Monday, February 15, 2010

The Buzz

The "Buzz" on the QRP e-mail reflectors has been the suggestion that QRPers move their base of operations up in the 40 Meter band as a way of avoiding the increasing amounts of QRM around both 7.040 MHz and 7.030 MHz.

After a posting from Prof. Arnie Coro CO2KK, it seems that many QRPers, frustrated by the QRM are willing to make the move. I for one, agree. I mean that's what we have VFOs for anyway, right? And for those that are crystal controlled, I see an opportunity for someone to make some business by offering crystals that would allow the move up above 7.100 MHz.

With things going the way they are it seems the digital modes and WSPR are going to take over what was commonly thought of as QRP territory. I've never been an advocate for banging my head against the wall, so it seems like a good idea to me.

There's a lot of spectrum up in that area that's barely being used. Might as well put it to good use. The SKCCer's have been hanging out in that area for the past few years. I think they could stand the company of a bunch of QRP enthusiasts. Those that don't adapt die ..... those that do, move on.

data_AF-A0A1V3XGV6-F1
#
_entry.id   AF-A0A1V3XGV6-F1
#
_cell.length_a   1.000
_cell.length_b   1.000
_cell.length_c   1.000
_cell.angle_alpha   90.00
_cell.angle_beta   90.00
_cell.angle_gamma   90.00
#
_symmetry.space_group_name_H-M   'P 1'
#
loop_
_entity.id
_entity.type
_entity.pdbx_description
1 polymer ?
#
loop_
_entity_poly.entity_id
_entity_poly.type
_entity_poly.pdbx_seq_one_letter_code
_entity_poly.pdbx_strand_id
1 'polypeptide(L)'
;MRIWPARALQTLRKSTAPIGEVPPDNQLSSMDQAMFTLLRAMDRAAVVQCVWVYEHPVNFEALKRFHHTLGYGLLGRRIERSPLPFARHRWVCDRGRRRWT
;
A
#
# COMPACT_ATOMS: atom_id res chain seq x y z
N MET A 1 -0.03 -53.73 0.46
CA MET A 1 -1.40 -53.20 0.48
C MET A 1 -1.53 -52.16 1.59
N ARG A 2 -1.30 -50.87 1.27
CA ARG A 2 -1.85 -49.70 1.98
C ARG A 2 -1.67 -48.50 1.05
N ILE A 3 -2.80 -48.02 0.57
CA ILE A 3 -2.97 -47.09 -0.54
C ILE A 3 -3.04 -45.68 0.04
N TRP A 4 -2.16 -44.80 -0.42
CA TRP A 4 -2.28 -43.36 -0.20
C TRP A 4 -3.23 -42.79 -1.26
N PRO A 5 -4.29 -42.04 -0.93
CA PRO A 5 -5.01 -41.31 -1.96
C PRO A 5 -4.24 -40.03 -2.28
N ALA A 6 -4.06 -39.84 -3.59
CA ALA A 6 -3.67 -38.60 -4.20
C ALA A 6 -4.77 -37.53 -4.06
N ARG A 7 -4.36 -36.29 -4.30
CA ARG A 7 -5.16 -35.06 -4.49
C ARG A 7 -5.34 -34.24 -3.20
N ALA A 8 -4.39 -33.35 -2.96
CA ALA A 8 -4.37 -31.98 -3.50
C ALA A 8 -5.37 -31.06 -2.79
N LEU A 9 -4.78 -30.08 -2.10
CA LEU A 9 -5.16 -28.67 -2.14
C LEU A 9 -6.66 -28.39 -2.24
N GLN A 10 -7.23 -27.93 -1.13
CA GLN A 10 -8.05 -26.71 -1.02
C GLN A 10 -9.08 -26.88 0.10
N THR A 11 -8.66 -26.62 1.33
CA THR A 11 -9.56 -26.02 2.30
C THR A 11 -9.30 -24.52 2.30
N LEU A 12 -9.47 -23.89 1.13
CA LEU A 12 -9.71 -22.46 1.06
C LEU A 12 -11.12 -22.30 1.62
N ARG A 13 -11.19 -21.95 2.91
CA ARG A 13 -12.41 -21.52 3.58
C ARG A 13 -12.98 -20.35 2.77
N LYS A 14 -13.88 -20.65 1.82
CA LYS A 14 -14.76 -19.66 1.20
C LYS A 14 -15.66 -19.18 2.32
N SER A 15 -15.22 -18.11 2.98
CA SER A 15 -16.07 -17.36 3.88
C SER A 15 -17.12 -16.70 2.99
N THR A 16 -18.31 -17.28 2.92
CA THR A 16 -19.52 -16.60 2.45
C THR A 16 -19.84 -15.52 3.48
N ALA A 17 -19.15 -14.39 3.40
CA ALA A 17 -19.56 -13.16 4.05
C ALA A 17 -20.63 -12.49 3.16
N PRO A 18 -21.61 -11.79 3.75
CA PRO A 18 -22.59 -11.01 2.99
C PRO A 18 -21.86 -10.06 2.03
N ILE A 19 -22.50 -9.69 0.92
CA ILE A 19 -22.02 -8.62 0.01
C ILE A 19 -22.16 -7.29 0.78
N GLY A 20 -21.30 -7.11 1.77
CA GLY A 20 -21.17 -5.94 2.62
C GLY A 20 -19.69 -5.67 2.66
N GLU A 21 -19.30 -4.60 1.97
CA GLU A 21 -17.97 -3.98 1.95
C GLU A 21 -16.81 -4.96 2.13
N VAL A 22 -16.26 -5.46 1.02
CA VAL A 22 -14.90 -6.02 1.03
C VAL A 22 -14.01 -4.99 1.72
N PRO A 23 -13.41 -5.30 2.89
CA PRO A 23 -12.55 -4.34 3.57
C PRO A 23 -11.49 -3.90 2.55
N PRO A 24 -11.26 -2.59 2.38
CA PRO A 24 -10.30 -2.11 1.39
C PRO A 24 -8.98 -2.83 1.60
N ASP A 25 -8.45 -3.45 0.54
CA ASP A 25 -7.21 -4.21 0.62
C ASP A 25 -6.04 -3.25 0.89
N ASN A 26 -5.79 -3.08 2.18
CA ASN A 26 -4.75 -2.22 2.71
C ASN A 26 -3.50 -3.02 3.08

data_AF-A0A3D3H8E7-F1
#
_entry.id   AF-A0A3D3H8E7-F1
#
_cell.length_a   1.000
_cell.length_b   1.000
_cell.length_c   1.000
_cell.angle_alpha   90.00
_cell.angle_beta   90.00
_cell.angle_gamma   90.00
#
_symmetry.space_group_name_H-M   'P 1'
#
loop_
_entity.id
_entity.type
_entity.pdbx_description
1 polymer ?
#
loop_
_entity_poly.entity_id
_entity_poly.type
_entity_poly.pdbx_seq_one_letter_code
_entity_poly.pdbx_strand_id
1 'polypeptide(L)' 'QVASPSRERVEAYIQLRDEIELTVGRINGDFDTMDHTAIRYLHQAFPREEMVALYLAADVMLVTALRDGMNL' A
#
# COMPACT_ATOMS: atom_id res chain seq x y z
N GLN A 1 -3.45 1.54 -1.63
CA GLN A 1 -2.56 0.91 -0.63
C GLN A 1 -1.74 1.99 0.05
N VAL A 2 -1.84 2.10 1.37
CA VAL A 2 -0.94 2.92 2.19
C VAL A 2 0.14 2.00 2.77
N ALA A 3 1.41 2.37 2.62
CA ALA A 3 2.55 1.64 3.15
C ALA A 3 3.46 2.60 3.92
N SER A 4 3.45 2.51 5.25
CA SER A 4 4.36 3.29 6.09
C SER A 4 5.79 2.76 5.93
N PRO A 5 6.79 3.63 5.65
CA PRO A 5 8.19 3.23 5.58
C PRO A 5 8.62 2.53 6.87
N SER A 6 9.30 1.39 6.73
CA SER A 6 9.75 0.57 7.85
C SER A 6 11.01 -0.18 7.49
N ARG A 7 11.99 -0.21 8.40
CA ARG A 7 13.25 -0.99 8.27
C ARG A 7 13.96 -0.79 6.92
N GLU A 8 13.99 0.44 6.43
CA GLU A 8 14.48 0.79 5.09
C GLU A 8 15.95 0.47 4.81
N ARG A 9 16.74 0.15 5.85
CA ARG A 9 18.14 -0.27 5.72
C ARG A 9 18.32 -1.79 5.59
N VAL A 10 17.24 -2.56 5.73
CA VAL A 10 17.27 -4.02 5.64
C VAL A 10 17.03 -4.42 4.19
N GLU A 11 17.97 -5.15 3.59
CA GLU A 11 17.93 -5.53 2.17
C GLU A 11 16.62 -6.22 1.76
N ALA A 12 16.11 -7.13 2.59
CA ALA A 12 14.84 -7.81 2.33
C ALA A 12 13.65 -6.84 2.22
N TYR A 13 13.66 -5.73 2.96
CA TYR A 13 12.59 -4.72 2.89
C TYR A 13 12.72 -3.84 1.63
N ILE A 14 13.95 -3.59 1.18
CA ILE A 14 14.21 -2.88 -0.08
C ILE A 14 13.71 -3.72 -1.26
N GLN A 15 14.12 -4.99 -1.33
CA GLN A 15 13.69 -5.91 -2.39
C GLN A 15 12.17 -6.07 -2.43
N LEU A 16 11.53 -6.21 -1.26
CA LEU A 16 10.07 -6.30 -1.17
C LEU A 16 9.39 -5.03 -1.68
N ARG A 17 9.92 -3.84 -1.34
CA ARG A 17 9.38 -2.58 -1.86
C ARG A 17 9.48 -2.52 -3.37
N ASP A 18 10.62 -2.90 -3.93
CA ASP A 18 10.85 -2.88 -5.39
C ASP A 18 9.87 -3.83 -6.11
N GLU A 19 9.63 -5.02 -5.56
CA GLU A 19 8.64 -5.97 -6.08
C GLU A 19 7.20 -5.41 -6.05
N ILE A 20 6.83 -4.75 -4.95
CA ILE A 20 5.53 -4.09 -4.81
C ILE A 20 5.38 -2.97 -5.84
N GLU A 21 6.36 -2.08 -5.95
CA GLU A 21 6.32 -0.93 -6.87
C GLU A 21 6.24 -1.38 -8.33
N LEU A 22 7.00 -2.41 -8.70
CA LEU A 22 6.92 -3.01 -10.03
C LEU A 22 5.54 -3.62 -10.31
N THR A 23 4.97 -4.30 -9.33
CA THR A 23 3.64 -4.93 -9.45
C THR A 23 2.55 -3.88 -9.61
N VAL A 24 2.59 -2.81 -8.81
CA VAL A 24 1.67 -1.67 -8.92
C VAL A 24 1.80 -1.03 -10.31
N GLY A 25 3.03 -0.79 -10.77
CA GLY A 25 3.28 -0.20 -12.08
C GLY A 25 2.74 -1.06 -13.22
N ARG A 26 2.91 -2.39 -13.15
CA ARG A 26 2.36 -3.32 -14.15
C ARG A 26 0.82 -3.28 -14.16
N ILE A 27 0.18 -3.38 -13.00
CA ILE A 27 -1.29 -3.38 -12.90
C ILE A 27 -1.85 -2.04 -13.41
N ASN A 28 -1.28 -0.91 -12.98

I'm for moving on.

72 de Larry W2LJ


  1. Why can't you use 7.030 for the QRP frequency, same as here? Surely it is possible to make QRP transatlantic contacts, but not if different frequencies are being used.

    I don't get the comments being made that WSPR is "taking over" territory. By design, it will never occupy more than a fixed 200Hz of spectrum and the users run low power, so it is more likely to suffer QRM from other users than the other way round.

    I do see the potential for QRM on 7.040 from digital modes in Europe, where PSK starts around 7.035. The problem is really caused by different parts of the world having different band plans, ignoring the fact that radio waves know no boundaries. What's needed, I think, is for our international bodies to get together and draw up a new 40m band plan that takes account of the fact that more countries now have more than 100KHz on this band. If the ARRL could forget about emcomms for a minute perhaps it could do that?

  2. Hello Larry, I am not stuck to QRP frequencies. Sometimes I look there for fellow QRP-ers, but normally you can find me everywhere on the amateur bands doing all kind of different modes with QRP. This morning we had snow again, aarghr... but the first signs of spring are coming up slowly. 73 Paul

  3. Julian,

    On the weekends, it seems the digital QRM is now beginning to encroach even 7.030 MHz territory. Seems to be coming lower and lower every weekend.

    Larry W2LJ